The capability of gratification delay in young children nowadays seems to be enhanced.
In the last century, one experiment became widely famous among psychologists due to its relevance for clarifying some aspects of child development. It was the Marshmallow experiment conducted by Walter Mischel in the early 1970s. Mischel and his colleagues recruited children aged from 3 to 5 to participate in their study. The main purpose of that research was to investigate voluntary self-control among young children and to explore their capability to delay gratification. The temptation, in this case, was the marshmallow sweet.
So, how did the researchers induce the conflict in participants? They told the children that, if they don’t eat the marshmallow for a certain period of time, they will be awarded with one extra piece. Overall three studies were conducted, which ensured many findings related to self-control. For instance, in the first study, the experimenter was sitting in front of the child, which appeared to extend the delaying period. On the contrary, inducing sad thoughts led to decrease in waiting time. Likewise, encouraging children to think about the marshmallow caused shortening of gratification delay. Afterward (approximately 10 years later) the researchers assessed life outcomes in those children and associated them with duration of the waiting period in prior experiment. These outcomes included academic success, dependability, verbal fluency, body weight, relationship with peers, etc. Findings indicated that children who delayed gratification for a longer period reached a better outcome in each of the mentioned characteristics. Mischel and his colleagues thus concluded that greater self-control is indeed a good predictor of higher life quality and success.
Moreover, some other research teams decided to replicate the original study and compare the new findings with those discovered by Walter Mischel. In the experiments conducted by Stephanie M. Carlson from the University of Minnesota, back in the 80s, the children waited averagely one minute longer than those in the original study. Also, in the 2000s’ study, the participants prolonged the average delay time by one additional minute than the children that participated 20 years before. Therefore, these findings lead to the conclusion that the children have raised their self-control level in the last five decades.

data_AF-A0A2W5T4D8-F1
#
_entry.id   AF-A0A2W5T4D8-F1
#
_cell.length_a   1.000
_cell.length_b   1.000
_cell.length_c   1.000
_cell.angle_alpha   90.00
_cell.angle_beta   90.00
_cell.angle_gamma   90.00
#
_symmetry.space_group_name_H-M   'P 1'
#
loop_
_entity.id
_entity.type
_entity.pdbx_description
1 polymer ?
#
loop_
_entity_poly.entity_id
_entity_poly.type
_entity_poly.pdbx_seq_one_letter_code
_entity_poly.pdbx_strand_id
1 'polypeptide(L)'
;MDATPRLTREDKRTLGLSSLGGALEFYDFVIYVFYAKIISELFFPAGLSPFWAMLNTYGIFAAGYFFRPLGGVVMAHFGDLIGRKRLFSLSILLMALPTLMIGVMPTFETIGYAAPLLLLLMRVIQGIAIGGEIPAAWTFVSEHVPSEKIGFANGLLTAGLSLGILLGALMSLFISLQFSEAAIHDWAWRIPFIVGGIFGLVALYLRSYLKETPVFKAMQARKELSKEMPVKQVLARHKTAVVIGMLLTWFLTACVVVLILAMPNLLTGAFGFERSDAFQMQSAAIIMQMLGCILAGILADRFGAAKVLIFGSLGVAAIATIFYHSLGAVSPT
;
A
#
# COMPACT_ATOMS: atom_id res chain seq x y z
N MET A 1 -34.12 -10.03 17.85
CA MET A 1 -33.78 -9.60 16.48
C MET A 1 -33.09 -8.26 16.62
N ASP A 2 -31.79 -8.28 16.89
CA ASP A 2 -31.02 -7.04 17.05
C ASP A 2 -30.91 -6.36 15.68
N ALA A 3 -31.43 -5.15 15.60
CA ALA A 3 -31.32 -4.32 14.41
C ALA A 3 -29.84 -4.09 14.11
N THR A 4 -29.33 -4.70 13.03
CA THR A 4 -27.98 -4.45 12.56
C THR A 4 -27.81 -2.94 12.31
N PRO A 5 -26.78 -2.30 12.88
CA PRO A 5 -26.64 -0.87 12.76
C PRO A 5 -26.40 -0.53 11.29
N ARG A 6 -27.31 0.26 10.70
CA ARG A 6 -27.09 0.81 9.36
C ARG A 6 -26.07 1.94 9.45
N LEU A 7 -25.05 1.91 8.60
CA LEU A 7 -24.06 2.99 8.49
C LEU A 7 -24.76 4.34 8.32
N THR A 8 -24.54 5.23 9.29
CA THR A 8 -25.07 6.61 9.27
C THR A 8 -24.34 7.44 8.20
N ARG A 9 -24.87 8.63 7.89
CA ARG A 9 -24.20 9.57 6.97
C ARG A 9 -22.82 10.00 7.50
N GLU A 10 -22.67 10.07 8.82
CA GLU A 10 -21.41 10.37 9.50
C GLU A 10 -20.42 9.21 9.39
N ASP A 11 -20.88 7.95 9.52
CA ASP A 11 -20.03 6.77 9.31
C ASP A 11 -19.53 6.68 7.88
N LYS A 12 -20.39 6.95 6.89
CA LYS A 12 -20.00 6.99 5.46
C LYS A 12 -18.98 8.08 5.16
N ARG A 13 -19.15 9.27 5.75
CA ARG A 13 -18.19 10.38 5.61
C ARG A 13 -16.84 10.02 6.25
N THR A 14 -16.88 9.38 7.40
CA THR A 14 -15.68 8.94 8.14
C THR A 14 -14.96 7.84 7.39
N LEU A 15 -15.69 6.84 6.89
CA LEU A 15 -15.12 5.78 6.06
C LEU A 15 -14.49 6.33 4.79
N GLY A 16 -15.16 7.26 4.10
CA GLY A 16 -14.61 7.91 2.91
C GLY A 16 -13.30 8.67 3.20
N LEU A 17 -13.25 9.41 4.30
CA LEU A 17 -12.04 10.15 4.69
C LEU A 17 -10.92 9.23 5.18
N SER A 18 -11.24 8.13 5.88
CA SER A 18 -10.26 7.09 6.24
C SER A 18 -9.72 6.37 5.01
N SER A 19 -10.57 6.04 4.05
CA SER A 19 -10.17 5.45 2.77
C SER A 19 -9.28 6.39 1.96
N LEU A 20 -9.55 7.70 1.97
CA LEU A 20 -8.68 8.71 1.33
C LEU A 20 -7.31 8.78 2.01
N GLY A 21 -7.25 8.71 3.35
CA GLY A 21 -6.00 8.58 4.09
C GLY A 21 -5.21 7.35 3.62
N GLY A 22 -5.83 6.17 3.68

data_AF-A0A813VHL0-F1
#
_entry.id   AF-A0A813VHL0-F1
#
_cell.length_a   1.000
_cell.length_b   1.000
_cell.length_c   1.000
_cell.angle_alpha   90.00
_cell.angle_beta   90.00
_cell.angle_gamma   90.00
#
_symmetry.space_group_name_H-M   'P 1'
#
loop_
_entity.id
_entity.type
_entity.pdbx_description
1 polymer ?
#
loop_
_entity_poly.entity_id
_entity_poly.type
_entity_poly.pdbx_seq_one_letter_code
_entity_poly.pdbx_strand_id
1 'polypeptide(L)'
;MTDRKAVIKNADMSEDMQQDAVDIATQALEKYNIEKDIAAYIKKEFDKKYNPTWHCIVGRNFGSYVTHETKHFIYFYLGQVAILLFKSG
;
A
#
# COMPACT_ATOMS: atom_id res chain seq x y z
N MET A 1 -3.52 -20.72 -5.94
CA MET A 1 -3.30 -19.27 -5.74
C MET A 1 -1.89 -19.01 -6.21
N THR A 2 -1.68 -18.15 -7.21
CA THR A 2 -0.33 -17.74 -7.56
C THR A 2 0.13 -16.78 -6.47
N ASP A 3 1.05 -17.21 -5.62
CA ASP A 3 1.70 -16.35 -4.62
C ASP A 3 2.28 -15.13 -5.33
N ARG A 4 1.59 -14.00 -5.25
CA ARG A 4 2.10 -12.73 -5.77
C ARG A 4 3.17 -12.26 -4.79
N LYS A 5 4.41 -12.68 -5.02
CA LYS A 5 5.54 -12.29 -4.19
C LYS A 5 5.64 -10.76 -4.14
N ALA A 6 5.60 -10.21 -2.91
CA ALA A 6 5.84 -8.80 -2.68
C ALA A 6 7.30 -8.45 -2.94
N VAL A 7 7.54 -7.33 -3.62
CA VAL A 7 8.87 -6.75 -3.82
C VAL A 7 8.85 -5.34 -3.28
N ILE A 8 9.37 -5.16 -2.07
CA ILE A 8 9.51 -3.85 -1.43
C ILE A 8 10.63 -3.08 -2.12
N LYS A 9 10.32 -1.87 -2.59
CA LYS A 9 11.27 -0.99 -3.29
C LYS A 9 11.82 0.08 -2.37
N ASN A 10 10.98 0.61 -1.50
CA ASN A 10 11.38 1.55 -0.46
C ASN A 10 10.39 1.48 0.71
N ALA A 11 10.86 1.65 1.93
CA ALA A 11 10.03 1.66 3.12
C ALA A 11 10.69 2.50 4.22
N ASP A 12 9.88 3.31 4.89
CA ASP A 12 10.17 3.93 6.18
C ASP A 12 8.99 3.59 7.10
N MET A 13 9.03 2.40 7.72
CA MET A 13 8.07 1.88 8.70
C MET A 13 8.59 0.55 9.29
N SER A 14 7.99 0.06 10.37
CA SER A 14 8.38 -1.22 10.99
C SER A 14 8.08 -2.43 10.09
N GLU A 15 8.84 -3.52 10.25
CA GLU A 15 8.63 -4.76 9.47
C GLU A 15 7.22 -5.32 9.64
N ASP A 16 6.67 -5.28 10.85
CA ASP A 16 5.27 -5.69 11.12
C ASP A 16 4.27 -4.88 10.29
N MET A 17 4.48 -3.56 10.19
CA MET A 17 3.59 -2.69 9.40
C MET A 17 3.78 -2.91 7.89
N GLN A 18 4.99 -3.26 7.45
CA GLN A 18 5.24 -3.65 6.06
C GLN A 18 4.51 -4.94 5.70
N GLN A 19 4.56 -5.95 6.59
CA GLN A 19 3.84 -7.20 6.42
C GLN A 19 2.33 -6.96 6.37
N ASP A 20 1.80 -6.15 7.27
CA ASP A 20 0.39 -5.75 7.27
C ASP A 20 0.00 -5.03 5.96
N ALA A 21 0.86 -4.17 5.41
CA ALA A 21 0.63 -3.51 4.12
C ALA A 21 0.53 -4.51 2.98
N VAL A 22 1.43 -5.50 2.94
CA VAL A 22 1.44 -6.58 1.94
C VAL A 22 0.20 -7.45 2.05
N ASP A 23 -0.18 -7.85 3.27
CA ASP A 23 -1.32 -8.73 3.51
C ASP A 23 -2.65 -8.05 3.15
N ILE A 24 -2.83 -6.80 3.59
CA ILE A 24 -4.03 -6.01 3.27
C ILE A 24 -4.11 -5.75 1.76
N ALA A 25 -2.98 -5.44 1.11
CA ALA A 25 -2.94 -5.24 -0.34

Nevertheless, when parents are being asked to estimate the rate of children’s self-control comparing to the 60s, they report a belief in less capability of gratification delay today. It is somewhat reasonable for parents to believe that children have lower self-control today than half of decade ago, due to the growing availability of various gratifications nowadays. Although 75% of parents in the sample are convinced that modern society has a negative impact on children’s self-control, findings of the studies conducted by Carlson show just the opposite.
The potential reasons for these findings can be found in the increase of global IQ scores, as well as more autonomy and freedom that children are provided with by their caregivers today. If parents are less controlling, children can develop executive function earlier in their life. Finally, since in the modern society the emphasis on education is placed earlier during children’s development, the growth of self-control rate might be influenced by educational system as well.